Caring for Your Dipladenia Plant Through the Winter

The beautiful blooms of dipladenia, also known as mandevilla, are a staple in summertime patio containers and garden beds. But when cold weather strikes, special winter care is needed to ensure these tropical plants survive until spring. Taking the right steps to overwinter your dipladenia properly will allow you to enjoy its twining vines and showy flowers year after year.

In this comprehensive guide we’ll explore the best practices for protecting and storing dipladenia plants through the winter chill. Follow these tips to see your precious dipladenia not just survive winter but thrive into the next growing season and beyond.

Options for Overwintering Dipladenia

There are three main options for overwintering dipladenia plants:

Grow as a Houseplant

  • Bring pots indoors before first frost
  • Place in sunny south or west window
  • Water when top inch of soil is dry
  • Remove any dead leaves
  • Resume fertilizing in late winter

Cool & Dark Dormancy

  • Move to unheated garage or basement before frost
  • Keep temps above freezing but cool
  • Water occasionally to prevent full drying
  • Prune back stems to 12 inches
  • Bring out in early spring

Dig Up & Store Bulbs

  • Not true bulbs, but tubers can be dug up
  • Allow foliage to die back after frost
  • Carefully dig up tubers
  • Store in cool dark place; bag with perlite
  • Replant in spring after danger of frost

The easiest but most space-intensive method is growing dipladenia as a houseplant over winter. For small plants, this usually works well indoors. The cool dormancy approach takes less effort but plants may struggle if conditions aren’t ideal. Storing the tubers requires more labor but less space.

Key Tips for Overwintering as a Houseplant

If you choose to overwinter your dipladenia plant indoors. follow these tips

  • Check for pests/diseases and quarantine before moving inside.
  • Prune back any long vines or large growth to manage size.
  • Select a pot that fits available space with drainage holes.
  • Use fresh sterile potting mix suitable for indoor plants.
  • Place in the sunniest window possible – south or southwest exposure.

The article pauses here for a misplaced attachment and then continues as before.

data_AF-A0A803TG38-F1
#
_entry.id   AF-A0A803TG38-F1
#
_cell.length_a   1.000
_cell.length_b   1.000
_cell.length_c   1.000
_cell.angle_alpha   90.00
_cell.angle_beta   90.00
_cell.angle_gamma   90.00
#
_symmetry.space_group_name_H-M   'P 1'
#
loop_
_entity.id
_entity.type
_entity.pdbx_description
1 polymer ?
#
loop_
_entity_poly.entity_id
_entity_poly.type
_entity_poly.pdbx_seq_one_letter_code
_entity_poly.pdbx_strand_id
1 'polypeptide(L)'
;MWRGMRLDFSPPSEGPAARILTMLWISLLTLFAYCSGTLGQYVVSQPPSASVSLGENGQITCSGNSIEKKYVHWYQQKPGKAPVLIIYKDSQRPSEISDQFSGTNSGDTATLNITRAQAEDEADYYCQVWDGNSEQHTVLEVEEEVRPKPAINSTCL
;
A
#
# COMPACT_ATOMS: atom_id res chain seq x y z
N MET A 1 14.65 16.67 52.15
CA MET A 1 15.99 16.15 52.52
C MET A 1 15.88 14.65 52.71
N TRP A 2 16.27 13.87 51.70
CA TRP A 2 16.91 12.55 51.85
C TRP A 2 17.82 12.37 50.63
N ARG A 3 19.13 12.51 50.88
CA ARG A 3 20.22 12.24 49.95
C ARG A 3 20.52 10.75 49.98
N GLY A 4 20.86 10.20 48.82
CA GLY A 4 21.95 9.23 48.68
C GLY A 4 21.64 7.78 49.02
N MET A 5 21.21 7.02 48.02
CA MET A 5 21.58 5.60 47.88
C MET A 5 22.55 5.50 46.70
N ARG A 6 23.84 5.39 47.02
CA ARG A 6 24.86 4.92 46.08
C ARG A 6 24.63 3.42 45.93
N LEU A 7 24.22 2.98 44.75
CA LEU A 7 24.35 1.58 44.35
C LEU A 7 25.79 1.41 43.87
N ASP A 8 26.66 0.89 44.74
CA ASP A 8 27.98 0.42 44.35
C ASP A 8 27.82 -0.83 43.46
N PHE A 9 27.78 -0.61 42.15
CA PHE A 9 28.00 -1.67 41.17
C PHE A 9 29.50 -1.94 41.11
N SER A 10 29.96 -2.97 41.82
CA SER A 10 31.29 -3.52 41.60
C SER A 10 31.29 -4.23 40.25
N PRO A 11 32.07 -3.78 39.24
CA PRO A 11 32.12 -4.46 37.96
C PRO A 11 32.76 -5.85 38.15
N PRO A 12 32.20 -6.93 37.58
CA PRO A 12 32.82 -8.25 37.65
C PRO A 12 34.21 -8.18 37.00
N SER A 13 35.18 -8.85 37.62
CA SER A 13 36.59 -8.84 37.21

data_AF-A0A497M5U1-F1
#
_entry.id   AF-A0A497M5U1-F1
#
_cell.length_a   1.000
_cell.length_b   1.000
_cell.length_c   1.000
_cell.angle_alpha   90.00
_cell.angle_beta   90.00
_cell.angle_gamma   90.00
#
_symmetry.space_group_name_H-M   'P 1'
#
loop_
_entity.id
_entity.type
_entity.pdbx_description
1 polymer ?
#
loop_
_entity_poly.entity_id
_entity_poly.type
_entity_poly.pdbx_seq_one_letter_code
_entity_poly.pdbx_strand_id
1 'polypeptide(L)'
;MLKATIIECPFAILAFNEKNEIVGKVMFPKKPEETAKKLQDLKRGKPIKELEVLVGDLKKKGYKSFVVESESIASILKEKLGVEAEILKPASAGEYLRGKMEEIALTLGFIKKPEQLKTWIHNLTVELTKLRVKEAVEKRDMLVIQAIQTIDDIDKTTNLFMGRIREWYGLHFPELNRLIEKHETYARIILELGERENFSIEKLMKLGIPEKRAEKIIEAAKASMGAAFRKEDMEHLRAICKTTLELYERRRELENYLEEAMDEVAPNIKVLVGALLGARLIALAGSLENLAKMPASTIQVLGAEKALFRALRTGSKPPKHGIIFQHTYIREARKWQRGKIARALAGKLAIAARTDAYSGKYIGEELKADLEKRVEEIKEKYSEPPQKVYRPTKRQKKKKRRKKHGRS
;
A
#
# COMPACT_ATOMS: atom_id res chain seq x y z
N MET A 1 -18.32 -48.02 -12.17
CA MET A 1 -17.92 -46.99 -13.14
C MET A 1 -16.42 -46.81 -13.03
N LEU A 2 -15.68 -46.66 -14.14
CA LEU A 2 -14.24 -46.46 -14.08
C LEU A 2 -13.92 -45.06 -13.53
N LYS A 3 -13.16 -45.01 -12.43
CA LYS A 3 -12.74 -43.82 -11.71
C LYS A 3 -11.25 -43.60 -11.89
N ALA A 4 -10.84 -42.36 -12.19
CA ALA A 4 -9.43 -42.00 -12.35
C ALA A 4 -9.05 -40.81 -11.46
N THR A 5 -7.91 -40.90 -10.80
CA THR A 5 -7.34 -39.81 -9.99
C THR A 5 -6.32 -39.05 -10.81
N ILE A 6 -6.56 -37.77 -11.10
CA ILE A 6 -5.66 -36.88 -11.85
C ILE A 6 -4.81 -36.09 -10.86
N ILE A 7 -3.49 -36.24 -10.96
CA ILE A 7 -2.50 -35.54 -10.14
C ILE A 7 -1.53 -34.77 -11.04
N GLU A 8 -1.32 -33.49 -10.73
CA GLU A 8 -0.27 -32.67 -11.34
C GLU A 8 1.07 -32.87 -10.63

• Remove any leaves that yellow or drop to prevent disease spread.
  • Water thoroughly when the top inch of soil becomes dry.
  • Hold off on fertilizing until late winter or when new growth emerges.
  • Monitor for pests like whiteflies, aphids, or fungus gnats.
  • Mist leaves occasionally to increase humidity around the plant.
  • Keep away from drafts of hot or cold air.

With the right care, dipladenia will continue growing through the winter months indoors, ready for transplanting back outside the following spring once danger of frost has passed. Just be sure to transition it slowly to avoid shock.

Tips for Cool & Dark Dormant Overwintering

To overwinter your dipladenia plant through dormancy, follow these key tips:

  • Select an unheated, frost-free location like a garage or basement.
  • Prune back stems radically to around 12 inches in late fall.
  • Check thoroughly for any pest or disease issues before moving indoors.
  • Water occasionally, only when soil is partly dry, to prevent desiccation.
  • Ideal dormancy temperature range is 40-50°F – cool but above freezing.
  • Store dormant plants away from sunlight in this cool location.
  • Transition plant slowly back into sunlight and warmer temps in early spring.
  • Resume regular watering as plant breaks dormancy in spring.
  • Transplant outdoors after the last frost date has safely passed.

This method requires less effort than growing as a houseplant but plants may lose vigor or even die if not monitored properly through an inactive dormancy period.

Storing Dipladenia Tubers Over Winter

Here are tips for successfully storing dipladenia tubers over winter:

  • Allow plants to die back after first hard frost in fall.
  • Carefully dig up tubers once foliage has completely died.
  • Shake or rinse off any remaining soil but don’t damage the tubers.
  • Sort and discard any soft, damaged, or diseased tubers.
  • Allow tubers to further cure for 1-2 weeks in a dry, warm location.